The Keating Five

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Terry Ashe / Time Life Pictures / Getty

Financier Charles Keating being sworn in, before refusal to testify, during House Banking Comm. hearing on failure of his Lincoln Savings & Loan Assoc.

The Obama campaign's release of the online video "Keating Economics: John McCain and the Making of a Financial Crisis" on Oct. 6th was the latest punch in an exchange of heated attacks between the two presidential candidates.

The 13-minute web documentary, featured on the home page of Obama's website, highlights McCain's involvement in attempts to rescue the California-based Lincoln Savings and Loan Association, chaired by political donor Charles Keating, jr, during the spectacular collapse of the U.S. savings and loan industry in the 1980s and early 1990s.

Following the deregulation of savings and loan associations (S&Ls) in the early 1980's, several of these banks began taking greater liberties with depositors' money, sinking it into risky real estate ventures and junk bonds in an effort to reap maximum profits. Fearful about the future of the vast amounts of federally-insured money being invested, the Federal Home Loan Bank Board (FHLBB) instituted a cap on the amount of money S&L's were allowed to place in such volatile instruments. An investigation into Lincoln Savings and Loan uncovered flagrant violations of these regulations, exceeding the limit by over $615 million.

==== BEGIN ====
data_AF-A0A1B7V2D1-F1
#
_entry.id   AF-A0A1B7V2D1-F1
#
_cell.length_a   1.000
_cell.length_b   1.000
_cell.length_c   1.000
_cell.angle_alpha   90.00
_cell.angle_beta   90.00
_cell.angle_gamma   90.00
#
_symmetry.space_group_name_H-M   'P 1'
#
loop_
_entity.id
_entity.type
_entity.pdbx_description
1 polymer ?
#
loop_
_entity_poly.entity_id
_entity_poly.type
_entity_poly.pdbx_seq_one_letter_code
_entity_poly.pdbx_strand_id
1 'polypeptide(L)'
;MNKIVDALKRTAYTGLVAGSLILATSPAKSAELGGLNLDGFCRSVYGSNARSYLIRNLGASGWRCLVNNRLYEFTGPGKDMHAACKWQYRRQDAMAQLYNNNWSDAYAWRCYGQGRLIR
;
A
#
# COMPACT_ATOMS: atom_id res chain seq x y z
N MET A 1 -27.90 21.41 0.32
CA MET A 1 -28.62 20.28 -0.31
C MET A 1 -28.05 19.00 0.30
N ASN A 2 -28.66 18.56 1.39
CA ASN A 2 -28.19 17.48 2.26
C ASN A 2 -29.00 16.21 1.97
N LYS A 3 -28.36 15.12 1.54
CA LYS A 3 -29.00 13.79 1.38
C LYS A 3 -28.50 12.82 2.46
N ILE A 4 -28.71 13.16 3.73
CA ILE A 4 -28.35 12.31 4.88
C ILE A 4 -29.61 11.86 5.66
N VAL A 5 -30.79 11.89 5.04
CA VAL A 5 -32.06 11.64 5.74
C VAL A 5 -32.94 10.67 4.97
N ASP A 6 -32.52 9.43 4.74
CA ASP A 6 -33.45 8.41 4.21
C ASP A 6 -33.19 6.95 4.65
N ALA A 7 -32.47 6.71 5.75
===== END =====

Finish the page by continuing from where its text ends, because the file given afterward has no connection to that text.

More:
But before any measures could be taken against the company, five Senators came calling at the FHLBB, requesting that the charges against Lincoln not be pursued, on the basis that the S&L was a major employer in their states. These Senators — McCain , John Glenn (D-OH), Alan Cranston (D-CA), Donald Riegle (D-MI) and Dennis DeConcini (D-AZ) — had little in common. Most of them came from different states and different parts of the political spectrum. One of the only elements that linked the men together was Charles Keating. The banker had been a major contributor to each of their campaigns, donating close to $1.4 million dollars total. Keating also considered John McCain to be a close personal friend, with whom he'd shared vacations and business ventures.

Their pleas bought Lincoln more time, but the company was ultimately seized by the FHLBB two years later. Its bailout cost taxpayers over $3 billion; thousands of Lincoln investors lost their life savings.

The magnitude of Lincoln's collapse and the fraud charges later brought against Keating led the Senate Ethics Committee to launch an investigation into the conduct of the five Senators — now known as the Keating Five — who were thought to have improperly intervened with regulators to protect a campaign contributor. The investigation began in November of 1989 and lasted nearly two years. All five Senators denied improper conduct, claiming that it was Keating's status as a constituent rather than as a donor that motivated their actions; although when Keating was asked whether his financial support had influenced the Senators on his behalf, he responded "I want to say in the most forceful way I can: I hope so."

Keating himself was convicted on 73 counts of fraud in 1993 and served 4 years in prison. Though the Keating Five emerged from the scandal legally unscathed — only Cranston received a formal reprimand — the political consequences have had more lasting effects. Cranston left office, while both Riegle and DeConcini opted out of running for re-election. McCain, for his part, has referred to his involvement in the affair as "the worst mistake of my life."

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